Challenge: Finding the right design balance between contemporary/cosy to attract both young and older clients
Solution: Use colours that are both warm and fun, and blend minimalist salon furniture with more comfortable pieces. For example: your salon chairs and styling units could be contemporary black and white, whilst your reception area would have comfortable, red sofas.

Challenge: Getting all of your design ideas into one space
Solution: Whilst starting with many ideas is great, you will need to streamline your ideas into one coherent design. You need just one strong design scheme that will work with the amount of space you have available. Don’t try to do everything or your salon will become a confused, cluttered mess.

When to splash out on a key feature for your salon

As a great deal of your salon redecoration project can be done on a budget – repainting walls or replacing mirrors or salon chairs – you can afford to splash out on a key feature or focal point for your salon. This will not only help your salon stand out from the competition, giving clients something to tell their friends about; it will also give you something to base the rest of your decor on.

So what do we mean when we say ‘a key feature’? The following successful salon owners offer a few inspiring examples:

Bob Steele from Bob Steele Salon in Atlanta, Georgia says his salon’s key feature and the best design decision he ever made was a laminate floor, one specially designed not to stain when in contact with hair colour products.

Jennifer Rabideau from Halo Salon and ColorLab in Texas said (when interviewed for Salon Today) that her salon’s defining feature was:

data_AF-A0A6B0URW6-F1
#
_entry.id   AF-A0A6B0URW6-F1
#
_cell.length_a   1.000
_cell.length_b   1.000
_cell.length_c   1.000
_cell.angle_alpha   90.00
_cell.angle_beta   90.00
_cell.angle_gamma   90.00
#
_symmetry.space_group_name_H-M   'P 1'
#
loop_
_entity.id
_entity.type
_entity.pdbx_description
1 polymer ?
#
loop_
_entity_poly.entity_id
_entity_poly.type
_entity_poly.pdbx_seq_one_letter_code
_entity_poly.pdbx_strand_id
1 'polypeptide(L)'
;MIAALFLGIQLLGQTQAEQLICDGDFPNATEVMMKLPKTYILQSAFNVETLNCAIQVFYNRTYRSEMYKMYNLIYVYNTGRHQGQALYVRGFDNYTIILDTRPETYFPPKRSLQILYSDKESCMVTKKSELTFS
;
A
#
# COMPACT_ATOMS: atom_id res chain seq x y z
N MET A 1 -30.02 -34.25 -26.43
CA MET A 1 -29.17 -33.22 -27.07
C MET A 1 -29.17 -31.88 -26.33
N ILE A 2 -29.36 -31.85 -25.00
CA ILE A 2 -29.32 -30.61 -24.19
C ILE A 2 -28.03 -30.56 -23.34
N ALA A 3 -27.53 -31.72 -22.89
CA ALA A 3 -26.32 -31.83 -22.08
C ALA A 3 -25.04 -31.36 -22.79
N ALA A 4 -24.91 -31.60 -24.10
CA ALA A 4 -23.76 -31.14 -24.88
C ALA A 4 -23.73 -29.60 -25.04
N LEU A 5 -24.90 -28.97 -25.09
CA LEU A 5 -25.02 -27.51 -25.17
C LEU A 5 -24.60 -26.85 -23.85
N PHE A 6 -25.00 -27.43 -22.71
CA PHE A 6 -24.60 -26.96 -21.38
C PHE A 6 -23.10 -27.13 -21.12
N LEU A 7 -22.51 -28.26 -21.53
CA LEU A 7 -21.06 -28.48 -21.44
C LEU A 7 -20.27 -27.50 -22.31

“A beautiful, modern Swarovski crystal chandelier. I think that an occasional splurge on a fixture can mean a big return. It makes me happy when I am at work and it makes my clients feel as though they are in a salon that has an eye for detail and beautiful design.”

Sharon Kotchkowski, the owner of New Image Salon in New Jersey, says that her salon is dominated by an enormous, wall-sized mirror that “seems to double the space”.

How to give your salon the ‘wow’ factor

In order to stand out from the competition – and there is a lot of it, especially in busy city centres – your salon needs to shake up the conventions of standard salon design. You need to be creative, colourful and really stamp your own personality and style on the décor of your new business.

To make your salon memorable, clients need to be instantly impressed when they walk in. This is why you first need to focus your attentions on the waiting/reception area. Here, you could try adding:

• Some exciting artwork for waiting clients to enjoy, which really symbolises the mood of the salon (e.g. fresh and funky, classic glamour etc.)
• A stunning reception desk – really make a feature of it
• An eye-catching product display and comfortable waiting benches

Inside the salon itself, you need to ensure that all of your salon furniture and equipment is, first and foremost, comfortable and functional.

Then, you can continue your style theme from the reception area in the different ‘zones’ of your salon. For example, you could choose a different colour scheme for beauty treatment, hair styling and massage areas, but ensure there is an element tying them all together. In this way, your salon is exciting and memorable but also has a coherent and unified design.

The importance of client privacy in salon design

Salon design isn’t just about colour schemes and expensive artwork; it’s everything from the placement of salon furniture to the layout of rooms or ‘zones’. Everything needs to be planned out before the renovation begins, so as to save time and money in the long run.

Of the many things to remember when designing a new salon, the privacy of client’s is the one thing that is often forgotten. Whilst it can be off-putting to clients to be placed in full view of a huge, open window – where passers-by can see the ‘before’ stages of the client’s makeover – there are other problems that can be just as invasive.

For example:

• If your treatment rooms are broken up using partition walls, room dividers or curtains, remember that sound is likely to be travelling through. If a waxing session is going on next door, just imagine how disruptive this will be for a client in the massage chair.

• For smaller salons, privacy can be a huge issue as clients may feel they are all crowded in together. A few clever design strategies will remedy this, such as using drapes or branded space dividers between pedicure stations and positioning styling units on either side of a mirror.